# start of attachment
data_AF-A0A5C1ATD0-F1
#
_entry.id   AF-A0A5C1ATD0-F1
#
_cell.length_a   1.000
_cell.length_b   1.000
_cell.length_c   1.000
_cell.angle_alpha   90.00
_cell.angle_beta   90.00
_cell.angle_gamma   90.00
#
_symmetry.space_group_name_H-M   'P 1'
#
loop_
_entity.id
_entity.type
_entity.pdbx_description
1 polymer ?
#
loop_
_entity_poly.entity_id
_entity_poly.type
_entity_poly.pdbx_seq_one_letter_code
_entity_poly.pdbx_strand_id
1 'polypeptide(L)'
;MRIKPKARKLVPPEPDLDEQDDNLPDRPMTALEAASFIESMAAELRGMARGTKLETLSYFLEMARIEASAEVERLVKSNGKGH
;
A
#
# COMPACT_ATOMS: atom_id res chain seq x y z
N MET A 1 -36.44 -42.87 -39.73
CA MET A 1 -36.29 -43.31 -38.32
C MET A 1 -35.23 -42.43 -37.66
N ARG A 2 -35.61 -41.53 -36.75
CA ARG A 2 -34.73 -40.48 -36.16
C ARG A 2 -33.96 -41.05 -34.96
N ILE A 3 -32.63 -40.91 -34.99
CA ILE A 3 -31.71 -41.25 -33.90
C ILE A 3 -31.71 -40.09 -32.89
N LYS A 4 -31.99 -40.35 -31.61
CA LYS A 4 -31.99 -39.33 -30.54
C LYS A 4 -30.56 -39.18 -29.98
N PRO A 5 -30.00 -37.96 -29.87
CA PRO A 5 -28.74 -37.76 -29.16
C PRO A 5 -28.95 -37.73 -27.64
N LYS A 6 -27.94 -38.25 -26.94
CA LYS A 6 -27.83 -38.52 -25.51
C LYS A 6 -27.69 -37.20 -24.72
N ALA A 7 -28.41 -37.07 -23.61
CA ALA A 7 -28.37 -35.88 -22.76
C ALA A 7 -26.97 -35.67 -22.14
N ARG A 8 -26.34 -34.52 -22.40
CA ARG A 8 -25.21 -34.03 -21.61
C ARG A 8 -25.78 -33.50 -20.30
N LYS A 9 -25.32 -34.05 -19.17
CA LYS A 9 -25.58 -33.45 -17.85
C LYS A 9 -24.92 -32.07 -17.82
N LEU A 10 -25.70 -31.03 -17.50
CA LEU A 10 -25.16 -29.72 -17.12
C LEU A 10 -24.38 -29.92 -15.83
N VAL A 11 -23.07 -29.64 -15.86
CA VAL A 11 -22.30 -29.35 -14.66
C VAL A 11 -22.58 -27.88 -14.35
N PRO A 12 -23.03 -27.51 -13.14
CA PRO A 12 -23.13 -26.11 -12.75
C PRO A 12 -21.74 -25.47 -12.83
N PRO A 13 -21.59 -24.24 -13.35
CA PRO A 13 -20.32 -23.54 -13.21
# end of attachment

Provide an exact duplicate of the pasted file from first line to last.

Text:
data_AF-A0A5C1ATD0-F1
#
_entry.id   AF-A0A5C1ATD0-F1
#
_cell.length_a   1.000
_cell.length_b   1.000
_cell.length_c   1.000
_cell.angle_alpha   90.00
_cell.angle_beta   90.00
_cell.angle_gamma   90.00
#
_symmetry.space_group_name_H-M   'P 1'
#
loop_
_entity.id
_entity.type
_entity.pdbx_description
1 polymer ?
#
loop_
_entity_poly.entity_id
_entity_poly.type
_entity_poly.pdbx_seq_one_letter_code
_entity_poly.pdbx_strand_id
1 'polypeptide(L)'
;MRIKPKARKLVPPEPDLDEQDDNLPDRPMTALEAASFIESMAAELRGMARGTKLETLSYFLEMARIEASAEVERLVKSNGKGH
;
A
#
# COMPACT_ATOMS: atom_id res chain seq x y z
N MET A 1 -36.44 -42.87 -39.73
CA MET A 1 -36.29 -43.31 -38.32
C MET A 1 -35.23 -42.43 -37.66
N ARG A 2 -35.61 -41.53 -36.75
CA ARG A 2 -34.73 -40.48 -36.16
C ARG A 2 -33.96 -41.05 -34.96
N ILE A 3 -32.63 -40.91 -34.99
CA ILE A 3 -31.71 -41.25 -33.90
C ILE A 3 -31.71 -40.09 -32.89
N LYS A 4 -31.99 -40.35 -31.61
CA LYS A 4 -31.99 -39.33 -30.54
C LYS A 4 -30.56 -39.18 -29.98
N PRO A 5 -30.00 -37.96 -29.87
CA PRO A 5 -28.74 -37.76 -29.16
C PRO A 5 -28.95 -37.73 -27.64
N LYS A 6 -27.94 -38.25 -26.94
CA LYS A 6 -27.83 -38.52 -25.51
C LYS A 6 -27.69 -37.20 -24.72
N ALA A 7 -28.41 -37.07 -23.61
CA ALA A 7 -28.37 -35.88 -22.76
C ALA A 7 -26.97 -35.67 -22.14
N ARG A 8 -26.34 -34.52 -22.40
CA ARG A 8 -25.21 -34.03 -21.61
C ARG A 8 -25.78 -33.50 -20.30
N LYS A 9 -25.32 -34.05 -19.17
CA LYS A 9 -25.58 -33.45 -17.85
C LYS A 9 -24.92 -32.07 -17.82
N LEU A 10 -25.70 -31.03 -17.50
CA LEU A 10 -25.16 -29.72 -17.12
C LEU A 10 -24.38 -29.92 -15.83
N VAL A 11 -23.07 -29.64 -15.86
CA VAL A 11 -22.30 -29.35 -14.66
C VAL A 11 -22.58 -27.88 -14.35
N PRO A 12 -23.03 -27.51 -13.14
CA PRO A 12 -23.13 -26.11 -12.75
C PRO A 12 -21.74 -25.47 -12.83
N PRO A 13 -21.59 -24.24 -13.35
CA PRO A 13 -20.32 -23.54 -13.21